Image by Daniel Reche from Pixabay
Home is my place of comfort, but during the pandemic, it has also become a place of confinement. I spend most of my days at home, working and not working. Looking around, many people are suffering, but at the same time, many things give me an illusion of normalcy. Students in my classes are expected to attain skills to pass the course. There are people in stores and restaurants. Players without masks are piling on top of each other on football fields.
Meanwhile, I cannot function as usual. Aside from chronic neck and shoulder pain which stopped getting treatment in March of 2020, most of my challenges are psychological. Depression floods the floor like an old boiler. It would be okay for a few days after a repair; then it leaks again. Depression manifests in various forms, and for me, it makes me become small. It gets hard to leave the couch. My eyes get fixated on screens. Hands wouldn’t let go of devices as if they want to get compensated for what they can’t hold any longer: people and animals.
I used to volunteer at animal shelters 2-3 hours a week. I played with cats and took dogs out for walks. During the pandemic, the shelters have limited access to their staff members and a few volunteers. Also, I used to be surrounded by people all the time, at school during the day and then at social activities in the evening. I had lots of physical contact with people: hugging, shaking hands, high-fiving. I also danced with partners and groups: swing, blues, contact improvisation. Now I have one person with me: my partner. “Can you give me a hug?” has become my common request during work breaks.
Since nature is the only space that I have felt completely safe, away from the virus, I spent lots of time last summer and fall hiking and biking. Winter came and lingered, seemingly forever. Then finally, March began. The morning air was still chilly, but the sun was covering it up with the color somewhere between yellow and orange. Come on out, it called me. I put on my hats and gloves and walked to a nearby park. As I made a lap, I realized that what called me out was not the sun; it was four women in my life who go outside in solitudes.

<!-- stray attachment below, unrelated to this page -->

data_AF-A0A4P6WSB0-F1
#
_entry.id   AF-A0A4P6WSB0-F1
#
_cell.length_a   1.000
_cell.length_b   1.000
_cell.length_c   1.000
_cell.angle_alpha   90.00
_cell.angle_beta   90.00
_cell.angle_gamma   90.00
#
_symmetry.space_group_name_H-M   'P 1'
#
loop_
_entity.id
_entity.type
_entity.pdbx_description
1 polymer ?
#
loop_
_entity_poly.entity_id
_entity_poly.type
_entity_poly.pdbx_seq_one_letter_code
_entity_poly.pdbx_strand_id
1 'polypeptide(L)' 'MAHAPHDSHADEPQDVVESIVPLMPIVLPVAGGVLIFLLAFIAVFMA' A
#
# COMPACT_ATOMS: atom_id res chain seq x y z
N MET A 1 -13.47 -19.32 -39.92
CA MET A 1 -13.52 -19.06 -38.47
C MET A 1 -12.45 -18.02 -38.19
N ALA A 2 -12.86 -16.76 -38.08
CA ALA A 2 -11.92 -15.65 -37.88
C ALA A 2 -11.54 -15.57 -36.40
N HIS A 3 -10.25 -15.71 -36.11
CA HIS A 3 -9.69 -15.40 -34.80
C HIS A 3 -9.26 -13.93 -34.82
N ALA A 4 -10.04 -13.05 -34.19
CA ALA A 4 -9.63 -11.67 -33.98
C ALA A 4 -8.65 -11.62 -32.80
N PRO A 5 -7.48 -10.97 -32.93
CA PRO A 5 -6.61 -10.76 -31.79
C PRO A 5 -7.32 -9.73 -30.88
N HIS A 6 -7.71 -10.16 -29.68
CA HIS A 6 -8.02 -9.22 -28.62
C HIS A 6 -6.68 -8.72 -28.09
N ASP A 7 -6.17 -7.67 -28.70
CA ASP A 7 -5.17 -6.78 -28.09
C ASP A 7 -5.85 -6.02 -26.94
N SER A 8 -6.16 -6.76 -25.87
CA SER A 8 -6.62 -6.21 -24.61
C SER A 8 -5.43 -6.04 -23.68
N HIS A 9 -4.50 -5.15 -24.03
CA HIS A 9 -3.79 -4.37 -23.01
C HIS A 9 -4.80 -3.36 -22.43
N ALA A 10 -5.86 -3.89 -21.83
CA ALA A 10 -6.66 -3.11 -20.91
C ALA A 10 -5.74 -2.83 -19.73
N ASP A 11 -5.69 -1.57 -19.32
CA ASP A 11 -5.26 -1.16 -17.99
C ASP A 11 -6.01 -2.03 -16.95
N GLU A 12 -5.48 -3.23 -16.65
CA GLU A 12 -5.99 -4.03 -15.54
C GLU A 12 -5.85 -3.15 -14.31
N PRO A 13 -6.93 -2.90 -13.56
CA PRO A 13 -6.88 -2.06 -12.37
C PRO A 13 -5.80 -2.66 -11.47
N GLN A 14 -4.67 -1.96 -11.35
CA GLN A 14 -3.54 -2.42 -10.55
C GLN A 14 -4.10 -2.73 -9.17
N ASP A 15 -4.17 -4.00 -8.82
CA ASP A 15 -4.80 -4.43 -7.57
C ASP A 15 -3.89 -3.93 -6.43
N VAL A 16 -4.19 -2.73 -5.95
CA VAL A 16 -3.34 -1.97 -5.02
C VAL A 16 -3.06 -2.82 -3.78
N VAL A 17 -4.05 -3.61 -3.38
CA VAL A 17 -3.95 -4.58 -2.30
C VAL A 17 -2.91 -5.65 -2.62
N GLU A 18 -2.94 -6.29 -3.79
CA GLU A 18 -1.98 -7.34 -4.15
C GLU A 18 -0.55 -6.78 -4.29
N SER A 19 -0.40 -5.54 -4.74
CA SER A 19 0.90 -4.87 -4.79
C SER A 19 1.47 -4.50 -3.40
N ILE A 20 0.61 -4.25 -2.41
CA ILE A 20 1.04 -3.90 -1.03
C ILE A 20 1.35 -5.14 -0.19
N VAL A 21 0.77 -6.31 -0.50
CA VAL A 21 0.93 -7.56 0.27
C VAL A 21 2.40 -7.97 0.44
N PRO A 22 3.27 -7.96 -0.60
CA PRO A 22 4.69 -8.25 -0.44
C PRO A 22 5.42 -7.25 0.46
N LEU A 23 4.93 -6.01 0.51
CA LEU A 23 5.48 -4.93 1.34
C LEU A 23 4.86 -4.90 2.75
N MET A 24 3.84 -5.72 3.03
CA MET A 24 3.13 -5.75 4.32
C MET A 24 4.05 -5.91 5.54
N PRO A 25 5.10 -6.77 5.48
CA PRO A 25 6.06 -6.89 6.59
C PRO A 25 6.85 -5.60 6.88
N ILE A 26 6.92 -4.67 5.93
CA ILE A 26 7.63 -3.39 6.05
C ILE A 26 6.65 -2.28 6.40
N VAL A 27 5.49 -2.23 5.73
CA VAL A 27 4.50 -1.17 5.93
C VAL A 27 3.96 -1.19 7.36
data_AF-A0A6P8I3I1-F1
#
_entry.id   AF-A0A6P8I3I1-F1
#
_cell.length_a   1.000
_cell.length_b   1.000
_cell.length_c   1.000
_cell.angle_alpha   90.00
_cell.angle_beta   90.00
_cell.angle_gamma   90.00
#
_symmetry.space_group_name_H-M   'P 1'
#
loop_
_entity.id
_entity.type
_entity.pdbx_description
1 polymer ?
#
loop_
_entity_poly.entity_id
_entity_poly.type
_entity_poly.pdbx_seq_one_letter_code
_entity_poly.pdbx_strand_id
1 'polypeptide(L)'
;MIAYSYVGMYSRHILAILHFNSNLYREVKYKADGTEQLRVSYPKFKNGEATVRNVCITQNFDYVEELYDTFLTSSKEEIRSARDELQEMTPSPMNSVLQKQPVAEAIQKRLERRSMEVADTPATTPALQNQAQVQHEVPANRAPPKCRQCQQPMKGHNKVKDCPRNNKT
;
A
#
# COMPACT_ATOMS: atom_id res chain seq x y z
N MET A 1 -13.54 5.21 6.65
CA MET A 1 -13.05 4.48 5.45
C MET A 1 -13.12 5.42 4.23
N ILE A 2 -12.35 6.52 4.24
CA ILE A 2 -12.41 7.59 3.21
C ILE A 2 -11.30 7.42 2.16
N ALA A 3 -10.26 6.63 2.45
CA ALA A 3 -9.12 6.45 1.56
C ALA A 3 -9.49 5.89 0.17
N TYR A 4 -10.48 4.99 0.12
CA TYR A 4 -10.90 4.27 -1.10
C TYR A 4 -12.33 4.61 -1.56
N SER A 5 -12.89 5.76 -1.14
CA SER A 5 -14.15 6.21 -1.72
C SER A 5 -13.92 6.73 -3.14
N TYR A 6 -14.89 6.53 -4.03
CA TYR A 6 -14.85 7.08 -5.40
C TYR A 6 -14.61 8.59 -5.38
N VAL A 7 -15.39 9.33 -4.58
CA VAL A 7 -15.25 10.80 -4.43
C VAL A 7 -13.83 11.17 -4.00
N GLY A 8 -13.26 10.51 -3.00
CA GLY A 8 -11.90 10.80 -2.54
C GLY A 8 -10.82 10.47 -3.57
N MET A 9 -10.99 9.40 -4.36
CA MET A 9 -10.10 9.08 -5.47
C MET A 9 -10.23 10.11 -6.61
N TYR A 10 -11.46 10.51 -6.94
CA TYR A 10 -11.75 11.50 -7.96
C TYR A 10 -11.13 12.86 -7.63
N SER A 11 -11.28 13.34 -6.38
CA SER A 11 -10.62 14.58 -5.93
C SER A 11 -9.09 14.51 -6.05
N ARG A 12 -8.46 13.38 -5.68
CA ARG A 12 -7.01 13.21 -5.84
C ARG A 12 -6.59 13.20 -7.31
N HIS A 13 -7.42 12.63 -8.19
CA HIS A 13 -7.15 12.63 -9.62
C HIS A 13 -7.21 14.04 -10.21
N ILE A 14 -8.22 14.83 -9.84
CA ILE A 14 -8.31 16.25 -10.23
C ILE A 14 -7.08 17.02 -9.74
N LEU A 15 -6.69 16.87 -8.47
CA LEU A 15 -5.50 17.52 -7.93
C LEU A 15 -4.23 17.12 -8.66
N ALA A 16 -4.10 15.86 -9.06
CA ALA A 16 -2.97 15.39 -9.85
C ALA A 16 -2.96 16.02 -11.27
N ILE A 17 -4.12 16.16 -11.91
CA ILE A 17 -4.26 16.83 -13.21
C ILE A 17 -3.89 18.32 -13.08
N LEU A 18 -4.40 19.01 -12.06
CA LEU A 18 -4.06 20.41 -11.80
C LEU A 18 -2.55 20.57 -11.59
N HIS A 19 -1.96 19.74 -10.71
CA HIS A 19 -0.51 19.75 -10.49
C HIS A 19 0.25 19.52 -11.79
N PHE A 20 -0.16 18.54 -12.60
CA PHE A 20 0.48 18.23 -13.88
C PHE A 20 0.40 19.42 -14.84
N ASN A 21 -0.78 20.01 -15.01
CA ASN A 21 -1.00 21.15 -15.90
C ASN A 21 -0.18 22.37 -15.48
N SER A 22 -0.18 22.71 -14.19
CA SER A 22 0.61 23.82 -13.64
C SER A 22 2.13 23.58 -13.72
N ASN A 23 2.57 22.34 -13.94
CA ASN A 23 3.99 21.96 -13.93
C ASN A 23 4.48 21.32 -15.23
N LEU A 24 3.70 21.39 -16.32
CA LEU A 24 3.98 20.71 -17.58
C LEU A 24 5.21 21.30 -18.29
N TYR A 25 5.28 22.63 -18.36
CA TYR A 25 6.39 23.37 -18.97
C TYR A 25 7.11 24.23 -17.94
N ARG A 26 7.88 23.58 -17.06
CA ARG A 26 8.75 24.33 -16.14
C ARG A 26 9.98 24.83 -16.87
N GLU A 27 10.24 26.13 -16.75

Caroline is a friend I met during the pandemic in a virtual writer’s group. Two days ago, she emailed me her recent blog post. In it, she wrote about her experience of recovering from depression, fears, and anxiety through meditation practice outside:
The more time I spent in the sun the more time I wanted to spend in the sun, I love to listen to the birds and watch the clouds, I noticed the plants and flowers grow and I began to notice the breeze moving over my skin. I managed to stay a little longer, a little longer and slowly, slowly it started to get easier.
My BFF Heena lives alone and works from home. She often gets overwhelmed by her workload. One day she even cried while continuing to work on her computer. One thing she does every day is take walks: 15 minutes during the lunch break and a longer one in the evening. She says, “Rain or snow, I go walk. Nothing can stop me.”
Jessica, my friend and editor, signed up for the “I Have a Dream” 10K challenge in January. Despite inclement weather, fatigue, and grief, she continued to train, gradually increasing her run. On March 3, she completed her 10K in 1 hour and 14 minutes, winning the challenge and the t-shirt. After each run, she posts a selfie, in which she is wearing glasses and a hood with its strings pulled tightly around her beautiful smile. She also participates in fundraising runs for ASL research and awareness in honor of her mother.
My Big Sister Eun-gwi, who I met 20 years ago at a church near my college, teaches English literature and has the busiest life on earth. However, what she does every single day is walk and pray, which she calls her core habits. Even after an exhausting series of classes, she goes on a walk. She then observes the world, takes photos, and shares them with us. Whenever her photo collection of the day comes up on my feed, I pause. I read her reflection and appreciate the pictures: sky in different colors, clouds, trees, plants, and flowers. I take a deep breath as I stand in her shoes where she stops her walk to bring her lens to the wonders she notices.
My childhood dream was saving the world. My mother still says, “You are too smart to teach in classrooms. I wish you worked for the U.N.” That once was my dream, too. But now I know working at the U.N. is not the only way to save the world. Loving myself despite all the toxic self-image I inherited from society and taking care of myself even during a pressuring time can be the first step. Because people can see me like I see my friends. And my doing can inspire others to do the same.
After my solo walk at the park, I started calling my ESL students. I had scheduled to check in with them one by one after the first writing assignment of the semester. One student said at the end of our call: “Thank you for being so patient with the students. You don’t make us feel like idiots.”
My superstars wear sneakers, and so do I.
P.S. Check out my previous letters about experiences with the pandemic: